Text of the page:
Wednesday, August 28, 2019

Combating Addiction Via Community

addiction
The neuroscience of addiction is the life work of Professor Judith Grisel. For Grisel, gaining a better understanding of the disease, and potentially curing it, is personal. That is because Dr. Grisel is in recovery.

In her new book, Never Enough: The Neuroscience and Experience of Addiction, the Bucknell University professor explores ways of combating today's epidemic. She is acutely familiar with how drugs and alcohol can take hold of people. While the cost of her substance use disorder was high, it also set her on a path to one day help others break the cycle and recover.

The behavioral neuroscientist drew from experience to describe how a seemingly normal upbringing can devolve into crisis. She shares anecdotes about her journey from utter despair to recovery. For the last 25 years, Grisel has dedicated her efforts to end the scourge of alcohol and drug abuse. What began as a research quest for a disease panacea, resulted in some surprising conclusions.

While Grisel may never find a panacea for addiction, the author believes that the solution can be found in connecting with each other. She believes love, compassion, and connection are the answer to the disease, The Guardian reports. "The people right next to us are an obvious place to start," she writes. "Human relationships and connections are the low-hanging fruit."

Motivation for Recovery


In the book, Grisel shares that she began drinking at 13, and how the experience was the first time she felt calm. Like many addicts and alcoholics, her disease progression moved at a swift pace. Her first drink led to daily drinking in high school and marijuana use in high school; she eventually moved on to harder substances.

At 19, Dr. Grisel dropped out of college and became estranged from her family. Intravenous cocaine use ensued, along with homelessness and unemployment. She shares about the experience that any addict can relate to, that one needs to use drugs just to feel normal. After a series of unfortunate and scary life events, the neuroscientist decided it was time to reach out for support.

Grisel's family helped her get into an addiction treatment center when she was 23. Around the same time, she began wondering if there might be a cure and thought that maybe she could help. Finding a cure served as motivation for her continued sobriety, according to the article. The professor is still looking for her eureka moment 25 years later, but she has many valuable insights to offer.

"Right now we're in a rising phase of escapism and pharmacology – this epidemic of addiction is really an epidemic of avoidance. Above all we need better ways to cope with life and to be present to our experiences. Ultimately you can't avoid yourself. It didn't matter how high I got, I was stuck with myself. I think we're soon going to get to that point as a society and then we might finally have our moment of truth."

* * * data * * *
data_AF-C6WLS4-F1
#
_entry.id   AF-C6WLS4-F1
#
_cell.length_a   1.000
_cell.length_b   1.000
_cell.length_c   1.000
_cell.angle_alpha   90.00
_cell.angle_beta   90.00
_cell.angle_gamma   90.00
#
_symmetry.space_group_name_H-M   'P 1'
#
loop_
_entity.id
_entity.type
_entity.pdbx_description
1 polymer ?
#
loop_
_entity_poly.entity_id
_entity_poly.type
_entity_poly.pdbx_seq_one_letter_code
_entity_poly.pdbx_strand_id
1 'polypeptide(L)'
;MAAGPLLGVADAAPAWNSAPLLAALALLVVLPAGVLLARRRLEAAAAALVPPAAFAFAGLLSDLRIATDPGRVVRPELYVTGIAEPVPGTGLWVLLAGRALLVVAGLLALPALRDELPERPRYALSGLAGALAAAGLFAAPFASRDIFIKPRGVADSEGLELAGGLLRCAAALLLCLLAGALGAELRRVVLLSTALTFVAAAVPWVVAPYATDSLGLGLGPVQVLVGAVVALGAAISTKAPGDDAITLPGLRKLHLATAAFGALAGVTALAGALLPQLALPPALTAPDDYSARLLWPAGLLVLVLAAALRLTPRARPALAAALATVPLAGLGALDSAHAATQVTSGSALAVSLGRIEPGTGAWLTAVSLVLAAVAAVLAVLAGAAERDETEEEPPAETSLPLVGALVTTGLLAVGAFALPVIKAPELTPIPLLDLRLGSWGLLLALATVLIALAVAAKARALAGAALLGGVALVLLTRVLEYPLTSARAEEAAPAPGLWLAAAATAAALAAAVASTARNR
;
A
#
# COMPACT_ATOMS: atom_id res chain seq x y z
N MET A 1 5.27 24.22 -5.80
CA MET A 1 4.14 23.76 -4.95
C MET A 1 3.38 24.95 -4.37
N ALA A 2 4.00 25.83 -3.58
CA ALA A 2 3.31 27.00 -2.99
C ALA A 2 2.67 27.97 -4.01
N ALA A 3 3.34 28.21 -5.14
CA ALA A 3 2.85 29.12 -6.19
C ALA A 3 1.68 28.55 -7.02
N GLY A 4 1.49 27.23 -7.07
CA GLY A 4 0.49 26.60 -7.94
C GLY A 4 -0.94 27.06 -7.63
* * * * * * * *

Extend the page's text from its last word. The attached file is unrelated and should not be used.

The New York Times bestselling author's discovery that community and human interaction is the answer to addiction is not novel. Fellowship has long been a guiding principle in 12 Step recovery programs, and they have helped countless people rebuild their lives. Still, it's beneficial when a renowned neuroscientist lends credence to the power of togetherness.

SLO County Addiction Treatment Center


Please contact The Haven if you are struggling with an alcohol or substance use disorder. Our highly credentialed team of addiction professionals can help steer you onto course toward long-term recovery. The Haven at Pismo is the perfect place to renew to your best today.

Thursday, August 22, 2019

Recovery Pioneer: In Memoriam

recovery
Recovery is a gift that comes with doing the work; miracles are possible when men and women take action. Those who walk the path of sobriety learn early on that they must pay it forward. As the saying goes, you can’t keep it if you don’t give it away.

Individuals who seek treatment for alcohol or substance use disorder are taught the importance of community, fellowship, and giving back. They come to realize that helping others achieve lasting sobriety is essential, once one has a firm footing in the program.

People can pay their recovery forward in several ways. Working with newcomers or volunteering time in assisting the operations of a support group (commitments) are a couple of examples. What’s more, many people in recovery decide to become certified drug and alcohol counselors or get behavioral technician jobs at treatment facilities.

Many owners of addiction treatment centers are also in recovery. They help themselves stay on track by providing safe havens to people who need assistance. Staying involved in the field that saved one’s life is an effective method of safeguarding sobriety.

Men and women who are new to the program may even respond better to working with individuals who have walked in their shoes. Some argue that it’s impossible to fully understand the disease of addiction unless a person has the first-hand experience. While that is not necessarily true, it is helpful when a provider, therapist, or counselor can relate to the struggles their clients face.